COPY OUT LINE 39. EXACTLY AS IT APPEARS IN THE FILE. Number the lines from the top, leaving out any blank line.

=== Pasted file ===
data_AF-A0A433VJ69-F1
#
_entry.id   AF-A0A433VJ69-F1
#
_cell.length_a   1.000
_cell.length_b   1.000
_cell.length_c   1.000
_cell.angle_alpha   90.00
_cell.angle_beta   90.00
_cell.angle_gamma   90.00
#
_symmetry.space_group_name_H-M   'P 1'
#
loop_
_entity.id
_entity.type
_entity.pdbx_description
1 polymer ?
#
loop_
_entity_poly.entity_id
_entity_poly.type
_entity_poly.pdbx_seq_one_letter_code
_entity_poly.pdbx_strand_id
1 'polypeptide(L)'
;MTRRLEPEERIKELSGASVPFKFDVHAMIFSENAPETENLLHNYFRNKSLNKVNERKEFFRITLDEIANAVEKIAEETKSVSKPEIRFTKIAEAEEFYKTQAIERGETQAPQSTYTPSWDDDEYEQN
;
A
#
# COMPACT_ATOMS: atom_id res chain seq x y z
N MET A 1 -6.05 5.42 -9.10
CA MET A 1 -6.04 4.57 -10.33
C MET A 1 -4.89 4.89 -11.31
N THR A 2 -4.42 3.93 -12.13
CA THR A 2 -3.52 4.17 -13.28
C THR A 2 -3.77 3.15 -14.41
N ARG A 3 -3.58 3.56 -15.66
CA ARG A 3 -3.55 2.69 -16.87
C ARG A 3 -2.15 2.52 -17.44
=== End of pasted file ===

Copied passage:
C ARG A 3 -2.15 2.52 -17.44